Review: King Gizzard and the Lizard Wizard at Alexandra Palace

Art & Culture

You’re never sure what quite to expect from a King Gizzard gig, their music back catalogue as eclectic as it is dense. A band who once turned out five albums in a  single year, experimenting with everything from Thrash Metal to Shoegaze and Twee Folk to Acid Rock. 

But tonight, in the cavernous Alexandra Palace, it’s all about meandering energies and a wholesome psychedelic mid-range. 

A doomish opening sequence immediately brings focus to the stage, the anticipation in the room erupting into a flurry of pints and flailing arms before the wide-eyed rockers have even begun to warm up. A hectic precedent set for the evening. 

Several minutes in, with the crowd sufficiently amped, the always animate Stu Mackenzie announces “we’re gonna play some older stuff!”. With cheers still resonating around the space, they launch into an impossibly tight rendition of ‘Cellophane’, the mood shifting from savage metal into manic acid textures and liquid solos.  

Huddled centre stage, the band’s heightened understanding of camaraderie and creative-sync is brought forth to bear. Their movements and interactions on stage as infectious as the driving sonic-narratives they create. But as is the case with many a live show, how you capitalise on the other senses can be the difference between dull showcase and memorable experience – regardless of stage virtuosity. Thankfully, the Kings benefitted from the latter.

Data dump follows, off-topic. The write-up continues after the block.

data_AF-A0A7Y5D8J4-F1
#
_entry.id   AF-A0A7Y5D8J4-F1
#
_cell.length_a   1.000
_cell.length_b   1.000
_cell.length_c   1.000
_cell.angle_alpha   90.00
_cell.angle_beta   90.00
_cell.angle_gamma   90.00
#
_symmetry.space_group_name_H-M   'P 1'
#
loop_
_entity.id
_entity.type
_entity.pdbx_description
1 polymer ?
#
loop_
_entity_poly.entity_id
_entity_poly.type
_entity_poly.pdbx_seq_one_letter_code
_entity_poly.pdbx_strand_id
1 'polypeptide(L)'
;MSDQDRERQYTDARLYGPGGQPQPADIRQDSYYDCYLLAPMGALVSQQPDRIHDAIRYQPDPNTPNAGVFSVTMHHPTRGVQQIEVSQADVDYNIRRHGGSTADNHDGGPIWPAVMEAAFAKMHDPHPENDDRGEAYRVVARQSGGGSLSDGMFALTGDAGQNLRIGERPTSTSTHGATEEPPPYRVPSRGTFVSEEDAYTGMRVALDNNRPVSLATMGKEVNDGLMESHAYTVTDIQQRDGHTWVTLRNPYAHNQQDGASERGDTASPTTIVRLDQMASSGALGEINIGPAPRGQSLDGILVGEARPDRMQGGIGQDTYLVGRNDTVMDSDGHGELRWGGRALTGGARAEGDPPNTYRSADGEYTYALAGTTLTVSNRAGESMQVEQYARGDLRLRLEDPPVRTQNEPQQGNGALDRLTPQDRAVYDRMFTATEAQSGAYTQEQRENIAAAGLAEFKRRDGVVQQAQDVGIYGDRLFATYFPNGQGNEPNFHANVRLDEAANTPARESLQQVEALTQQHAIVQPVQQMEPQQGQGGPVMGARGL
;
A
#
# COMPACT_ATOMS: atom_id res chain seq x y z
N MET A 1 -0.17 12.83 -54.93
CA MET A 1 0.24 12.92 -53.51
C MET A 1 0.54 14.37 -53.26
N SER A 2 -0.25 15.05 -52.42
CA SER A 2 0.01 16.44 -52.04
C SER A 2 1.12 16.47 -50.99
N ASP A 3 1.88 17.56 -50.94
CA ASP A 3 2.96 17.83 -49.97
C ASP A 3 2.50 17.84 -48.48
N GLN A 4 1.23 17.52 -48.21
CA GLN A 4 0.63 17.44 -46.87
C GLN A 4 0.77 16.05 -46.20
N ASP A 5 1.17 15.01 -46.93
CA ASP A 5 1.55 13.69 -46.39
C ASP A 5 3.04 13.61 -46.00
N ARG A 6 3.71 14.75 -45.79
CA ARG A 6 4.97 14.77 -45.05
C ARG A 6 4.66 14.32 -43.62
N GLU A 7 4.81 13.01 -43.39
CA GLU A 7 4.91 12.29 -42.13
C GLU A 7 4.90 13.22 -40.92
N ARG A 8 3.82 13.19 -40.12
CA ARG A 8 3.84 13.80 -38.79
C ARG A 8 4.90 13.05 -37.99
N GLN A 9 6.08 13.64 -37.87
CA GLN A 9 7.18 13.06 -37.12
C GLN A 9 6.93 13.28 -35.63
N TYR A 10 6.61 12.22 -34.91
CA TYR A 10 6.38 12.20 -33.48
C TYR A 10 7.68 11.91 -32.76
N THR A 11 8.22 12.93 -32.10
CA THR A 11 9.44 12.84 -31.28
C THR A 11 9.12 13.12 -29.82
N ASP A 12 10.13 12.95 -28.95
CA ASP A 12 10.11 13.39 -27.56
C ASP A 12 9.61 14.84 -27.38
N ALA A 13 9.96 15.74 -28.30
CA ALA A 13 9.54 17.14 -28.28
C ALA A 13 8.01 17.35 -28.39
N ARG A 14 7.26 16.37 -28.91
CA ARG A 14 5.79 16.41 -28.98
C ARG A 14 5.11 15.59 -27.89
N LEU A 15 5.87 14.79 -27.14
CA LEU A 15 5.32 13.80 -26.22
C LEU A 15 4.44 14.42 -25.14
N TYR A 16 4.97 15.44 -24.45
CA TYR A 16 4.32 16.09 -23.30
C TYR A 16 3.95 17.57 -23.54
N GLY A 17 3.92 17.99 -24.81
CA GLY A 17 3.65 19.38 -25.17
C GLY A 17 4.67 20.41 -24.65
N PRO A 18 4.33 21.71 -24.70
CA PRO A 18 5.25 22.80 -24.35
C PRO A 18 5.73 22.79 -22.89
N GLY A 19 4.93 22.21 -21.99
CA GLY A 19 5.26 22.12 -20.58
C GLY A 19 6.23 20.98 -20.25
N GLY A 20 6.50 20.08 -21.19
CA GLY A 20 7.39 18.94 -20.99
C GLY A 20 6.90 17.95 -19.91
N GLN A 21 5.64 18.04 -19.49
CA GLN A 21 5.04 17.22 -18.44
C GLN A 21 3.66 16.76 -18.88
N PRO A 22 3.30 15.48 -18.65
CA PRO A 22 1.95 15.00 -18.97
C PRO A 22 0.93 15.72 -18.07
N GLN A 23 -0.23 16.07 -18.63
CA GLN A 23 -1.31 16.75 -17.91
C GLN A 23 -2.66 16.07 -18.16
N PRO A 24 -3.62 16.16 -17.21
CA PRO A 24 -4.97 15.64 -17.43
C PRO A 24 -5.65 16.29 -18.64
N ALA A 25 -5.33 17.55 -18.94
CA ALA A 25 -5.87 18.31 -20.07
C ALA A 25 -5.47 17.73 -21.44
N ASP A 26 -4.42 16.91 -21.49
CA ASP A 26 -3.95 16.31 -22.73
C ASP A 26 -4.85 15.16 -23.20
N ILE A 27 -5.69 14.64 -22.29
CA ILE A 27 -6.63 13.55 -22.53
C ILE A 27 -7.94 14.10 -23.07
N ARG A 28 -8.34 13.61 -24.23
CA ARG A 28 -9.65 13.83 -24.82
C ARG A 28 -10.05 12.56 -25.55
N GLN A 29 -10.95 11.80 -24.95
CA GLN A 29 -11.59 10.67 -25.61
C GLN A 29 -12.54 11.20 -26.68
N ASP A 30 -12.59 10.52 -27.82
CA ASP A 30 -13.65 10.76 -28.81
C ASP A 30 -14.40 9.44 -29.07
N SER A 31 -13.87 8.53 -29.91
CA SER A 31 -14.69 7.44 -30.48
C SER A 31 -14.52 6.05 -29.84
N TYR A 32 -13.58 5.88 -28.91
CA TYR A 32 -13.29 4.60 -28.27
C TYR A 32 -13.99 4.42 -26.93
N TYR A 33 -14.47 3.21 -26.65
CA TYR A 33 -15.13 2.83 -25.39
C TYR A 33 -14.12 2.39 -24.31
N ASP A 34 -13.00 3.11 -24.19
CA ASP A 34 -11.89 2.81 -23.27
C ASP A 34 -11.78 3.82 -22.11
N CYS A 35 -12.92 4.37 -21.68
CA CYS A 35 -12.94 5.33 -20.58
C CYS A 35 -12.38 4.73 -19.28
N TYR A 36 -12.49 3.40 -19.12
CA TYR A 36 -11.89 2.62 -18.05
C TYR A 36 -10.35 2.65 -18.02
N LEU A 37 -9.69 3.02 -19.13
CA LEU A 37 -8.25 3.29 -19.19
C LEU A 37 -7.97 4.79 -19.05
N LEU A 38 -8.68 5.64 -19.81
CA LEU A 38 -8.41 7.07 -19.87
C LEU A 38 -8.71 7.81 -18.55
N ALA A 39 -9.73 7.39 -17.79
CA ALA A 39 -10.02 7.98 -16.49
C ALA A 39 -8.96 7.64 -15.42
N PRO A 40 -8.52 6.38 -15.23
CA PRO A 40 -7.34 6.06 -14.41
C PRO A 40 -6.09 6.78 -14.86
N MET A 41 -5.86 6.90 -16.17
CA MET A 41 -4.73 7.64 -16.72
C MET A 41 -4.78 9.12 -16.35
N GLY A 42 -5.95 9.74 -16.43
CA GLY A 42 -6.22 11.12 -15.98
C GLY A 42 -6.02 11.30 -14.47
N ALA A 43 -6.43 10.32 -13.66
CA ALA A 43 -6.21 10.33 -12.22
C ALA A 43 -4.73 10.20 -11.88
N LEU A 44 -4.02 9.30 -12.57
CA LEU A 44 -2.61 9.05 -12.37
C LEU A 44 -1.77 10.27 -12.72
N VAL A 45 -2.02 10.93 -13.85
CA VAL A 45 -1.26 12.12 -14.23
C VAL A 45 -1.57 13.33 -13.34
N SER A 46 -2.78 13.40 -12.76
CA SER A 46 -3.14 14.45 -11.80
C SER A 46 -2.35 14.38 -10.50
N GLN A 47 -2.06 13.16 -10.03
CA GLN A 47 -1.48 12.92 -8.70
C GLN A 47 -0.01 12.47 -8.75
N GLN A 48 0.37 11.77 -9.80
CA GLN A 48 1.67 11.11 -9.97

Illuminating in endless colour palettes an immense screen backgrounds the performance. Much in line with the group’s far-out aesthetic, the visuals glitch, melt and swirl like an intense acid trip replayed on a worn VHS. A brief fade to black is quickly disrupted by a familiar, glowing-red nonagon. And with it: a downtempo opener to ‘Evil Death Roll’ that slowly climbs into peak throttle. 

Having spent considerable time on the close-quarter DIY circuit, one might fear the King Gizzard sound would be lost in the hulking arches of such a grand arena. But, as reaffirmed by some admiring nearby audiophiles, the acoustics hit all the sweet spots. Feeling as much as hearing every lick and drum kick. “Quite different to the Shacklewell Arms” jokes Stu, a humble nod to just how far they’ve come. 

Beyond the halfway mark, playing into the twists and turns of a vast discography, things slip into chuggy, country-blues territory with ‘Plastic Boogie’ and ‘Boogieman Sam’. Testament to a profound ability to merge seemingly disparate styles into a cohesive story ark. 

A few organs and glazed melodies later and the eve is plunged back into grittier thralls. After being painfully reminded that there is no ‘Planet B’ – fresh, jagged Gizz evoking the turmoil of the time – it’s anthemic chanter ‘Rattlesnake’ that provokes the wildest reaction.

It’s a well-calculate and measured setlist backed by playful showmanship and a captivating light display. Off the back of a suitably slow closing number King Gizzard offer one last tribute to the fans amidst roaring ovation: “You all look great out there. It’s very surreal for us to be up here but we can’t thank you enough for supporting the night!”. Placing bets… this won’t be the last adoring audience they’ll be thanking.